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Bar and bat mitzvah experiences

Growing up with my daughter

for The Brooklyn Paper

I have a hard time accepting that I am a grownup. I still look at “real” grownups and wonder when I will enter that “real” stage myself.

I remember when we bought our first automobile. After years of living in Israel and not needing one (or maybe needing one, but not having one), we moved back to the States and purchased a minivan. And for a split second there, as I glanced at my four kids in the car, I actually felt like a “real” grownup.

So, being that I struggle with grownup-hood in general, you can imagine my apoplexy at the fact that our oldest daughter, Nava, is becoming bat mitzvah this week. Yup, according to Jewish law, my baby is about to become a woman. Which, I guess, means I better start seeing myself as one, too.

I’m not sure when it happened, but my daughter is now almost my height and we share the same shoes. And I pray for the day when I can actually fit into her clothes — just as she prays that she’ll never fit into mine!

Nava’s bat mitzvah is the week of parshat beshalach — the week when we read of the spliting sea miraculously rescuing enslaved Jews as they fled Egypt. We also read of Miriam — the sister of Moshe — who led the Jewish women out of Egypt in song and dance, tambourines in hand.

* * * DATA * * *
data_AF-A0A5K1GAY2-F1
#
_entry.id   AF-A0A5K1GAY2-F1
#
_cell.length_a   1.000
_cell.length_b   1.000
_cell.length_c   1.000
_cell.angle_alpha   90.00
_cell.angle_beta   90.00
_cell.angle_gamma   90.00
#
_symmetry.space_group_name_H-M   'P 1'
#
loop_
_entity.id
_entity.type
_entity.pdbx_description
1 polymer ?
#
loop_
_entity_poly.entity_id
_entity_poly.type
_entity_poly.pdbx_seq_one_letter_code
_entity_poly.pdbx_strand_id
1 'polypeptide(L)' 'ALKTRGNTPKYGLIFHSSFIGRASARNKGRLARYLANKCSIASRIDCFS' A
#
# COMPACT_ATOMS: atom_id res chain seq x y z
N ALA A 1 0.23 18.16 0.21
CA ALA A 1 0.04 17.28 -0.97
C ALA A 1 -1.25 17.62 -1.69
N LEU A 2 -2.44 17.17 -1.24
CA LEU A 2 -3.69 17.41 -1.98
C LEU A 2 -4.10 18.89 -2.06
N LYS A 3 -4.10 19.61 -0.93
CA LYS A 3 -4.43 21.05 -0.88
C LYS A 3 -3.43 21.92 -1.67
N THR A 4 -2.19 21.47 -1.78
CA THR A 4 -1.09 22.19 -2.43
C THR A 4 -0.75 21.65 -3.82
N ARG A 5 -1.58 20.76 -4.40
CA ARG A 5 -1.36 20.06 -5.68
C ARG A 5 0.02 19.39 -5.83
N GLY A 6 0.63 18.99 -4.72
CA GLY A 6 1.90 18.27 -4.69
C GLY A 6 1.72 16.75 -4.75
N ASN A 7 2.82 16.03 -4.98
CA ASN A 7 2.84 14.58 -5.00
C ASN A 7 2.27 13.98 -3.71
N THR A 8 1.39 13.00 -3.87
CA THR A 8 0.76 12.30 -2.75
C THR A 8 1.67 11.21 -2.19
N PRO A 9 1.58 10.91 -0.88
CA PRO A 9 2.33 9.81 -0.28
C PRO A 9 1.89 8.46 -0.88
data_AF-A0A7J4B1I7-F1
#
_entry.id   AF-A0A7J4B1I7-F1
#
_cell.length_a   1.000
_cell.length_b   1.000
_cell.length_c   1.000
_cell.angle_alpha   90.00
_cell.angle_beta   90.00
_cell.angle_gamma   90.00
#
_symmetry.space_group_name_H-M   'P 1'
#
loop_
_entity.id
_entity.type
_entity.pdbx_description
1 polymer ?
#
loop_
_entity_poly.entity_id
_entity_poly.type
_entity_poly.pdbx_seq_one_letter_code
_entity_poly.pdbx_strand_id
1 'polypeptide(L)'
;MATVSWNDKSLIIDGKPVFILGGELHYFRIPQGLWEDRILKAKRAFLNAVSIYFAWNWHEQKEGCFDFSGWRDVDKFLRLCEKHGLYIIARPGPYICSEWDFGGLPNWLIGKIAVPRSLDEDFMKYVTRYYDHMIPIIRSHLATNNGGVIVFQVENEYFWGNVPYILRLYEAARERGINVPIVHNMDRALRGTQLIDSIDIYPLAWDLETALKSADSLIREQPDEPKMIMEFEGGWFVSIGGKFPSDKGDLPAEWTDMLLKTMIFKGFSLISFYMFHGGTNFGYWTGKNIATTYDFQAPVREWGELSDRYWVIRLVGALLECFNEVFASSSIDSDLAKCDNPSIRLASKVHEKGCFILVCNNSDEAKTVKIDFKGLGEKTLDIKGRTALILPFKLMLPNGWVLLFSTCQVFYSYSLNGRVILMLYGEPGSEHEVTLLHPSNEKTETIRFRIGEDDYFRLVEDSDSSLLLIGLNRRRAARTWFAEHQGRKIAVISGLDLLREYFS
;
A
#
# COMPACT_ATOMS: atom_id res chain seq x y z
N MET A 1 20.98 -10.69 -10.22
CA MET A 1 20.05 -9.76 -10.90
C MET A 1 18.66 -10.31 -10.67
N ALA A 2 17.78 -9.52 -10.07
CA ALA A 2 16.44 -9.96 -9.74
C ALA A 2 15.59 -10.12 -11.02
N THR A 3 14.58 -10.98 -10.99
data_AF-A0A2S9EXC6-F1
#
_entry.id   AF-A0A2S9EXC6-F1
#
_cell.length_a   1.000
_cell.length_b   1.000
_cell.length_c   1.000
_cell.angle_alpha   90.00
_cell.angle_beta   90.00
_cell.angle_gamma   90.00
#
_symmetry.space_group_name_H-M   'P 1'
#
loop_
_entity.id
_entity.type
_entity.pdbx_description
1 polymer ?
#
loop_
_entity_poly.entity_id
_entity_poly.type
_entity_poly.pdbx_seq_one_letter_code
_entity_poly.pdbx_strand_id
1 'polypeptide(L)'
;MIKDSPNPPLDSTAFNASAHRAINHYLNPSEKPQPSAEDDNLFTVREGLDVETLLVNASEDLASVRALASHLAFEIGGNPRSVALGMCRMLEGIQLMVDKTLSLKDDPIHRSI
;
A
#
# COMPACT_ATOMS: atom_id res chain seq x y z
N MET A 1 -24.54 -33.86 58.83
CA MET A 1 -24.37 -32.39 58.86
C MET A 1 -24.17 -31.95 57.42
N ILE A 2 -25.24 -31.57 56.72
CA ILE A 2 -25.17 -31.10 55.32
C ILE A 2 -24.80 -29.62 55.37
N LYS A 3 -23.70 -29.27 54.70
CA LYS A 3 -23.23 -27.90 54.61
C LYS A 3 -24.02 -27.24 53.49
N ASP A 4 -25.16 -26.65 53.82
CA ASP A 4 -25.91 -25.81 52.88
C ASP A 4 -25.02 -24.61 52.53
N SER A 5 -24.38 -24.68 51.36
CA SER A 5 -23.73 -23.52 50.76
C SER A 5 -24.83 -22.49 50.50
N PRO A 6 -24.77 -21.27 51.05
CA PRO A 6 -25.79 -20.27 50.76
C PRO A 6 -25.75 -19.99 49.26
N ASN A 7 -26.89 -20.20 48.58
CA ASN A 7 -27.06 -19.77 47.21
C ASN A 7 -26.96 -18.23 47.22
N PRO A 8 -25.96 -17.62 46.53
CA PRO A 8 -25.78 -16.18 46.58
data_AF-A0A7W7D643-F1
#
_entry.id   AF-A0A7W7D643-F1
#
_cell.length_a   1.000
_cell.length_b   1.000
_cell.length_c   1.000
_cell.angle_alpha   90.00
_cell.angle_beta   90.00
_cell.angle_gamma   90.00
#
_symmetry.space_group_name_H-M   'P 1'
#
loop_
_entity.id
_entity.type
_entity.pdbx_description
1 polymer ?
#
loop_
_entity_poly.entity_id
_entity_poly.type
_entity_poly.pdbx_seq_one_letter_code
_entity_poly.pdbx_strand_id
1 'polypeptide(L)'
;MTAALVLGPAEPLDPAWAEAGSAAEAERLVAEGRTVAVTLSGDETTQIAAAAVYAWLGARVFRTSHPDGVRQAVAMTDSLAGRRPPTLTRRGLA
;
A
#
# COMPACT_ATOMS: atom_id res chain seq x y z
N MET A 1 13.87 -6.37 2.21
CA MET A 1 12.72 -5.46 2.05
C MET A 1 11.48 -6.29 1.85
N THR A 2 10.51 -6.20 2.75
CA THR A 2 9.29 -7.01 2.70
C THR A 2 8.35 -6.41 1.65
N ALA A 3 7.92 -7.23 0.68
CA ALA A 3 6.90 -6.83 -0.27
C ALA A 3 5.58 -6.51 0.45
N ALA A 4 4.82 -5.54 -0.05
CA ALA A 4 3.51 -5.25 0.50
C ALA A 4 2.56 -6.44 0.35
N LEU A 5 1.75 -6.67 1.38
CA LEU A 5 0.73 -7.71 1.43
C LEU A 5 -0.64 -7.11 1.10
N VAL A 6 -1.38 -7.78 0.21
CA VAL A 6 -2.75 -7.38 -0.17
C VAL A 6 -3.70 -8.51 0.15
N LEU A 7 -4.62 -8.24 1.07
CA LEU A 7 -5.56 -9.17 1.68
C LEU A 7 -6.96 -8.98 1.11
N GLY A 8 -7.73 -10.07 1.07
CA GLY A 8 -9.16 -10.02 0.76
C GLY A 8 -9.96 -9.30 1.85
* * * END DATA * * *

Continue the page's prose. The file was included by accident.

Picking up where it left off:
Miriam was a powerhouse well before she was credited as one of the key-players in the Egyptian exodus. We first learn of Miriam when the Pharaoh decrees that all Jewish baby boys are to be killed. The horrible pronouncement caused many Hebrew couples to separate — even divorce — so they could avoid the risk of bringing a baby boy into the world. Miriam’s parents were such a couple and she begged them to remarry and continue to have children because by not doing so, they were not only killing the boys, they were killing baby girls as well. Here was a small child who stood by her convictions and stood up to her parents with a message of truth, even though it must have been a risky and scary thing for a young kid to do.

The Sages teach us that “words from the heart enter the heart,” and clearly, Miriam’s words were coming from the right place, for they made the right impact. Her parents heeded her advice and from their union they gave birth to Moshe, the leader of the Jewish people.

Later, when Miriam’s mother, Yocheved, is forced to abandon infant Moshe by placing him in a cradle and floating him down the Nile River, we hear of the young hero again. The devoted sister followed her brother and witnessed Batya (the daughter of Pharaoh) extract Moshe from the water. Due to her innate insight, courage, and focus, Miriam approached Batya and convinced the royal that the orphaned baby was in need of a wet-nurse — and that she knew the perfect one — Yocheved, the baby’s very own mother.